Visible light-driven CdSe nanotube array photocatalyst
© Zhu and Li; licensee Springer. 2013
Received: 21 January 2013
Accepted: 26 March 2013
Published: 16 May 2013
Large-scale CdSe nanotube arrays on indium tin oxide (ITO) glass have been synthesized using ZnO nanorod template. The strong visible light absorption in CdSe, its excellent photoresponse, and the large surface area associated with the tubular morphology lead to good visible light-driven photocatalytic capability of these nanotube arrays. Compared to freestanding nanoparticles, such one-piece nanotube arrays on ITO make it very convenient for catalyst recycling after their usage
KeywordsNanotube arrays Template synthesis II-VI semiconductors Visible light photocatalysis
The development of nanometer-sized photocatalysts for efficient degradation of organic pollutants has attracted continuous research attention [1–4]. Among various morphologies of nanostructures, well-aligned pseudo-one-dimensional (1D) nanostructures such as nanowire (NW) or nanotube (NT) arrays are of particular interest, since the specific morphology brings in several advantages: Its large surface-to-volume ratio prompts the surface-related chemical reactions, which is critical in most of the catalytic processes; when organized into arrays, the ordered NW/NT provides a direct pathway for charge carrier transfer to the conductive substrate. In addition, the NW/NT arrays may enhance light absorption by reducing the reflection or extending the optical path in the nanostructures [5, 6].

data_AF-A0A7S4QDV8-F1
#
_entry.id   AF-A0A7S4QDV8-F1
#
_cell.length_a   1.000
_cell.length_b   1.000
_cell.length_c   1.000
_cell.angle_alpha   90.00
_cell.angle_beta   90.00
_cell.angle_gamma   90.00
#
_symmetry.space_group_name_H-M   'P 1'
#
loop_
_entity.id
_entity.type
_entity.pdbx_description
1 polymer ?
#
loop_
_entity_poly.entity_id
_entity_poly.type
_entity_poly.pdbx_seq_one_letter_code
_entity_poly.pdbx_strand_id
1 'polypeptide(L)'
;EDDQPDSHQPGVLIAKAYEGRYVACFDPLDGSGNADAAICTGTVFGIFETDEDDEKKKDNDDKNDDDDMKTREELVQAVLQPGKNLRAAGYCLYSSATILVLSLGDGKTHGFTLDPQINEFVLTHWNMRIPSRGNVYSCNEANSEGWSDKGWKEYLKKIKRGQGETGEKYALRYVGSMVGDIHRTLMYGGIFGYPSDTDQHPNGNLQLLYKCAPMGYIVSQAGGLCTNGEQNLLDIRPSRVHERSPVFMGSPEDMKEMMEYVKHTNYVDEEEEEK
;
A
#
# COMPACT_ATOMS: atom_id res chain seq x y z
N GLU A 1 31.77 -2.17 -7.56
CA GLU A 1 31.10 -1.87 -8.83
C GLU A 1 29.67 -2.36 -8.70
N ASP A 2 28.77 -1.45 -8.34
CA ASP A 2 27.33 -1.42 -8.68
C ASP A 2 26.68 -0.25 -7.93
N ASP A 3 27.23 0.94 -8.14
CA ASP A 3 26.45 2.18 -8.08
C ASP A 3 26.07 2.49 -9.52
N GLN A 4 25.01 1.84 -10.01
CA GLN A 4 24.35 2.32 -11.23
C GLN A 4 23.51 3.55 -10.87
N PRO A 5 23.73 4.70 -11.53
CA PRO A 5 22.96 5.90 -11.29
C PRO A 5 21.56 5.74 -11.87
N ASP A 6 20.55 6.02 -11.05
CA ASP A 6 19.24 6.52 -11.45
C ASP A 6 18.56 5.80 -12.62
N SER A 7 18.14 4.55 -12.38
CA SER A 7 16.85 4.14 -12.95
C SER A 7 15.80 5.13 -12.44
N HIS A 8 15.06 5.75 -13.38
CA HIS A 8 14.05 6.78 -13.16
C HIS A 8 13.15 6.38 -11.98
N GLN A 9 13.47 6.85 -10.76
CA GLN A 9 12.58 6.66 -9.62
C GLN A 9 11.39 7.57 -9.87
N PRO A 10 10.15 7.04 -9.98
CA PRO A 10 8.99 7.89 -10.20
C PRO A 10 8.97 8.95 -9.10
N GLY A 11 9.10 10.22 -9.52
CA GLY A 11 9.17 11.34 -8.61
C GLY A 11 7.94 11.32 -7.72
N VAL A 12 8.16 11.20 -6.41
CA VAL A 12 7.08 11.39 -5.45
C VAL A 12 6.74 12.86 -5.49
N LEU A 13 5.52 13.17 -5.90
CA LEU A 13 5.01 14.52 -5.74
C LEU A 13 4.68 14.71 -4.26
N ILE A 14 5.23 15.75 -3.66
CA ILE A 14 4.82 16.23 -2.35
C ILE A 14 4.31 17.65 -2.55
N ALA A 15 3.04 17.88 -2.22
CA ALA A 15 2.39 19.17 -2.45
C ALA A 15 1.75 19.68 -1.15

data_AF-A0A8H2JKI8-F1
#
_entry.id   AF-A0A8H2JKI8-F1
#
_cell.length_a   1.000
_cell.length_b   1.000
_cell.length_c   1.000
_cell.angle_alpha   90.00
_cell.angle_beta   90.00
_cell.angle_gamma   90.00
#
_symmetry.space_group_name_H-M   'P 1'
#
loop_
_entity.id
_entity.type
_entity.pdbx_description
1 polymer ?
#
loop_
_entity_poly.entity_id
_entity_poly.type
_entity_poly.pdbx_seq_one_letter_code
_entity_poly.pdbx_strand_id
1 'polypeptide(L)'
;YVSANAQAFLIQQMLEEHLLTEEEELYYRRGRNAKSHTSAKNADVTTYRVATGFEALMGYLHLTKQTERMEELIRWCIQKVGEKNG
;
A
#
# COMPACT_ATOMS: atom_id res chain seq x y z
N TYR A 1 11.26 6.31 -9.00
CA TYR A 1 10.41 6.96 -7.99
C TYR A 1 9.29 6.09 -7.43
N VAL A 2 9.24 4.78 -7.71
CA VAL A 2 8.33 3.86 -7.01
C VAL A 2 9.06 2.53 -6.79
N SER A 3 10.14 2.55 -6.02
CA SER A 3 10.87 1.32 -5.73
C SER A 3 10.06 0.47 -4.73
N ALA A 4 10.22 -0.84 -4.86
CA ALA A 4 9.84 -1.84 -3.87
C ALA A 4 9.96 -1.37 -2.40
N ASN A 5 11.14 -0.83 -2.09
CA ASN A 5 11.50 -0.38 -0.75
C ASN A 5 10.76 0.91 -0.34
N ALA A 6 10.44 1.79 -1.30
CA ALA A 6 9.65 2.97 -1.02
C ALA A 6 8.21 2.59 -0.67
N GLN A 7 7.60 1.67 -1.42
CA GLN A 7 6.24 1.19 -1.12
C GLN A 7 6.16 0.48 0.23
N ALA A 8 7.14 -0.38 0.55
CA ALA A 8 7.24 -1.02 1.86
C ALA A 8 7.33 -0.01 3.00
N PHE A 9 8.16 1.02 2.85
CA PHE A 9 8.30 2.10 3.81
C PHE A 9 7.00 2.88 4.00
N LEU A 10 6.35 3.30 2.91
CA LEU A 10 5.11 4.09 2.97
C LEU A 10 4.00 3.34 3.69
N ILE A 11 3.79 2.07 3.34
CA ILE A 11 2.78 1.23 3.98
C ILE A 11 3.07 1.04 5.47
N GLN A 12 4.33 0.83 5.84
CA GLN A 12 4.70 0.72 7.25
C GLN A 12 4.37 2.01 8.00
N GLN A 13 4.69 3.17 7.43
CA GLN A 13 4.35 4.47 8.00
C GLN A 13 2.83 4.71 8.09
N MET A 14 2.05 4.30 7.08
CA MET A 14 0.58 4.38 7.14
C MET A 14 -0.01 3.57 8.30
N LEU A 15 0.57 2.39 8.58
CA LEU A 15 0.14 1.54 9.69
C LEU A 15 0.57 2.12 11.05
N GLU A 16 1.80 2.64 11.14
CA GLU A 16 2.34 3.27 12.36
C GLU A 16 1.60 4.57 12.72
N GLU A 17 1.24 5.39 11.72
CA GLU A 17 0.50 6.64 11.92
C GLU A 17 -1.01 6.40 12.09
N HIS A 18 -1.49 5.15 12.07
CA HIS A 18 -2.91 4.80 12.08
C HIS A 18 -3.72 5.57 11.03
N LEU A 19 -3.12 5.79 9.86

The most extensively studied NW/NT array photocatalyst for photodegradation of organic pollutants is the titanium dioxide (TiO2) nanotube arrays, as it is environmentally benign, capable of total mineralization of organic contaminants, easy to fabricate, and cheap. Nevertheless, its large bandgap (3.2 eV for anatase and 3.0 eV for rutile) only allows the absorption in UV range of the solar spectrum. Although doping TiO2 with elements, such as V, Cr, Mn, Fe, C, N, S, F, etc., could extend the absorption spectrum of TiO2 to the visible region, other problems occur and lead to the decrease in the quantum efficiency [7, 8]. Alternatively, direct employment of the narrower bandgap materials as the photocatalyst has been proposed as a possible solution. A few semiconductors have been investigated, such as II-VI materials (e.g., CdS [2, 9] and CdSe [10, 11]) and transition metal oxides (e.g., WO3[12–14], Fe2O3[15–18], Cu2O , Bi2WO6[20, 21], and ZnFe2O4). Nevertheless, most of the photocatalysts developed are the nanoparticles, which would not enjoy the advantage of the 1D morphology. In addition, after the nanoparticles are dispersed in the waste water for the catalytic reactions, it is troublesome to collect them after use.
In the present work, well-aligned CdSe nanotube arrays on indium tin oxide (ITO)/glass are obtained by electrodepositing CdSe on the surface of ZnO nanorod followed by ZnO etching. Such nanotube arrays exhibit strong light absorption and high photocurrent in response to the visible light. Moreover, the nanotube arrays exhibit good visible light-driven photocatalytic performance, as revealed by the photodegradation of methylene blue (MB) in aqueous solution. The charge carrier flow during the degradation process and mechanism of MB degradation are also discussed.